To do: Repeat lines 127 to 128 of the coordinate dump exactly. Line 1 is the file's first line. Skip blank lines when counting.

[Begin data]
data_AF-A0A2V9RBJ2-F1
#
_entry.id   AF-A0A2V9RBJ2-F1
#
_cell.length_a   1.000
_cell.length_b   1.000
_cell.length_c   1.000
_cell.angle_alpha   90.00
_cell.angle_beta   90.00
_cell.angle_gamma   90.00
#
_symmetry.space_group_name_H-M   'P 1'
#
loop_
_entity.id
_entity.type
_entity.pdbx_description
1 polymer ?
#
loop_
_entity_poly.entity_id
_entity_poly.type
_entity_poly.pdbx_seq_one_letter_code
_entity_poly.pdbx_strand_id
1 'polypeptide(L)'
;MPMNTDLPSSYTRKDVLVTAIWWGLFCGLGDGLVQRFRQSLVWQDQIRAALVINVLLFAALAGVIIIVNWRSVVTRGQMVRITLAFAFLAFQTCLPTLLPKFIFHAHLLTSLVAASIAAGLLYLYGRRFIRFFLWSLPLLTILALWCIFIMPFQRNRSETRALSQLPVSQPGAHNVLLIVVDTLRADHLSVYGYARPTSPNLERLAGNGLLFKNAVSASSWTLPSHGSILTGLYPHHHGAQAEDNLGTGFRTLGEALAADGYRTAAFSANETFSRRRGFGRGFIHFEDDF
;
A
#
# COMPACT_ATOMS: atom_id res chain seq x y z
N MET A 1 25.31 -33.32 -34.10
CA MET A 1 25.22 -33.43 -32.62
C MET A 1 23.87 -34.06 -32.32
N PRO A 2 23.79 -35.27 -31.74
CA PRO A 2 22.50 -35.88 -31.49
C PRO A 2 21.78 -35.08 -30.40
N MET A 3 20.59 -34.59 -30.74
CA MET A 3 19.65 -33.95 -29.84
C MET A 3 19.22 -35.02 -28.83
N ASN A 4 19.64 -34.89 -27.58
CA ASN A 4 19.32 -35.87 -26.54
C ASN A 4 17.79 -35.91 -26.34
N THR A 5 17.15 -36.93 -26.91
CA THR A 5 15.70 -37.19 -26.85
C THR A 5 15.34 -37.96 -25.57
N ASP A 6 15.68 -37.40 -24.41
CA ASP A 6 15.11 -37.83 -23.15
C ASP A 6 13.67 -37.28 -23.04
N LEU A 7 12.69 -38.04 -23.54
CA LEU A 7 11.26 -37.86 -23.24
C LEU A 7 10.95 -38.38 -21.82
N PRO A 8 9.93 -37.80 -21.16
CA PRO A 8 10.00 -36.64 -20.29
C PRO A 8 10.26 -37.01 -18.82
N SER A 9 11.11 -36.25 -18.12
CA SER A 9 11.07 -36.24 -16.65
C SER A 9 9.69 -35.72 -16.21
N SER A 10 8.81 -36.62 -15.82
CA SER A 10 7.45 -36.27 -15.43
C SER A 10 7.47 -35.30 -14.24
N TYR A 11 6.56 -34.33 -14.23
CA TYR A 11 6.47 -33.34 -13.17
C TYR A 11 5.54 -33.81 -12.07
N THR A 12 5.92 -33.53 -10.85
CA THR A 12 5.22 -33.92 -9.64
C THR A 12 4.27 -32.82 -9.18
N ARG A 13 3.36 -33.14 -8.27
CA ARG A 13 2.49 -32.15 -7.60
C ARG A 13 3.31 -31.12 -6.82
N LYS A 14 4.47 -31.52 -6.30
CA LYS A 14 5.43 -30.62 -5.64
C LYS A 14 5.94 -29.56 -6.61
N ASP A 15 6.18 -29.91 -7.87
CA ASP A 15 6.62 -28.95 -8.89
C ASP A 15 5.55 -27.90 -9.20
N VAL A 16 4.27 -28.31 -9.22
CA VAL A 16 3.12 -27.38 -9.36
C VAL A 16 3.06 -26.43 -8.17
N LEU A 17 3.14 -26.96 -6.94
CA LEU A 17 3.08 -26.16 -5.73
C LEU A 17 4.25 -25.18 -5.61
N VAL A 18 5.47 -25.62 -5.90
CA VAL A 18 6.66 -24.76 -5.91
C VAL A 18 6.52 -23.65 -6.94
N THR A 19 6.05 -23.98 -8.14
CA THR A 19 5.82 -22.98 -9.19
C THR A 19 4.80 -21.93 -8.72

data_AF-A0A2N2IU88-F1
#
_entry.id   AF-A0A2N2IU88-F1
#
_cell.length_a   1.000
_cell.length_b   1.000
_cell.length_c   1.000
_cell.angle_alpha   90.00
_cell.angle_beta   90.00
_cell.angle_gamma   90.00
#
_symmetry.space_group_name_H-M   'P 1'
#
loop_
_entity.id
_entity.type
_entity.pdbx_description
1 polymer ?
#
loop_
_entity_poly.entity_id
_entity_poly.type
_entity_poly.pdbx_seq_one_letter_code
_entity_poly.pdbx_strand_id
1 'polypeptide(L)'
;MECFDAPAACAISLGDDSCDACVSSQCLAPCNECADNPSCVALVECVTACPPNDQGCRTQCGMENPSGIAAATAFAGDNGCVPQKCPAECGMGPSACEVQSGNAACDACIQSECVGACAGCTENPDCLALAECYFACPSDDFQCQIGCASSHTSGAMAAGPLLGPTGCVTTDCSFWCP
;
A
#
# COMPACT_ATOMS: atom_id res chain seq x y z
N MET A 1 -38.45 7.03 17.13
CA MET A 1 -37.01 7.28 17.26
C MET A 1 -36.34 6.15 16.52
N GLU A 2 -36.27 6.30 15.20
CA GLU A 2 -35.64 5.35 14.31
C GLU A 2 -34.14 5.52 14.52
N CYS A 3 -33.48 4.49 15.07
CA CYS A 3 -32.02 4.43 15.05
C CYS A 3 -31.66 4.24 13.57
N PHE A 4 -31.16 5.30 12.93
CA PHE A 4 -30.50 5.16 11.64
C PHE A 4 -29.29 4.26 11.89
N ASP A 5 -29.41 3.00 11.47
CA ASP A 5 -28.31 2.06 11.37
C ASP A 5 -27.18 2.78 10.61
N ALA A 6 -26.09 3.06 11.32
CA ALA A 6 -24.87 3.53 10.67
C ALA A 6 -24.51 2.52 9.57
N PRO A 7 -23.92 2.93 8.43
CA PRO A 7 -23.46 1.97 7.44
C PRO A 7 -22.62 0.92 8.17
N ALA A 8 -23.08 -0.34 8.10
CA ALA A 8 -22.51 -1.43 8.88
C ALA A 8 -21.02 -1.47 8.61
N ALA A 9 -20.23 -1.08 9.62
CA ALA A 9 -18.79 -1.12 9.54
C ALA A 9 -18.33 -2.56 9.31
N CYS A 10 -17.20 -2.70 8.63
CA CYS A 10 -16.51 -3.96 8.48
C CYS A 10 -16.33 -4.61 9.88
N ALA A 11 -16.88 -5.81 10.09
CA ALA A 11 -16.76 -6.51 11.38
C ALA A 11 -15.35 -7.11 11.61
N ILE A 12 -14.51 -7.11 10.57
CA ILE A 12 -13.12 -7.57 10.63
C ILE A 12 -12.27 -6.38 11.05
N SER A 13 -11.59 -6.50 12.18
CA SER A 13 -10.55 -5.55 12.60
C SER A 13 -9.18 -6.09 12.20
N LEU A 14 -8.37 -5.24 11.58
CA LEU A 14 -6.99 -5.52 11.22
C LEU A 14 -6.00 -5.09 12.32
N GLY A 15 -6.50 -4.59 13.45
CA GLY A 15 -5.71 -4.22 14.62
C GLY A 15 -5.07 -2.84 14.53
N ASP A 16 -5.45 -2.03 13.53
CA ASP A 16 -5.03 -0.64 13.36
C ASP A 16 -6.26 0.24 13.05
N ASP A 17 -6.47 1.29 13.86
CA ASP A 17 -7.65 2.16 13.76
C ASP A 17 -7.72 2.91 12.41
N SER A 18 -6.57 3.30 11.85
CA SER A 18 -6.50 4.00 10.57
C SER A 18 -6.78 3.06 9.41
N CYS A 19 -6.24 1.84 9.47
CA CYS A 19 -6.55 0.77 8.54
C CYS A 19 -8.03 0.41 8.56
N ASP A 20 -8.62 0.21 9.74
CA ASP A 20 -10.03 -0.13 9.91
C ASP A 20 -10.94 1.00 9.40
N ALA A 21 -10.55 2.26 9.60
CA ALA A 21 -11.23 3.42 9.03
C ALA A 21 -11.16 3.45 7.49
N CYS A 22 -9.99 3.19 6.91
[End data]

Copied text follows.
N PHE A 4 -31.16 5.30 12.93
CA PHE A 4 -30.50 5.16 11.64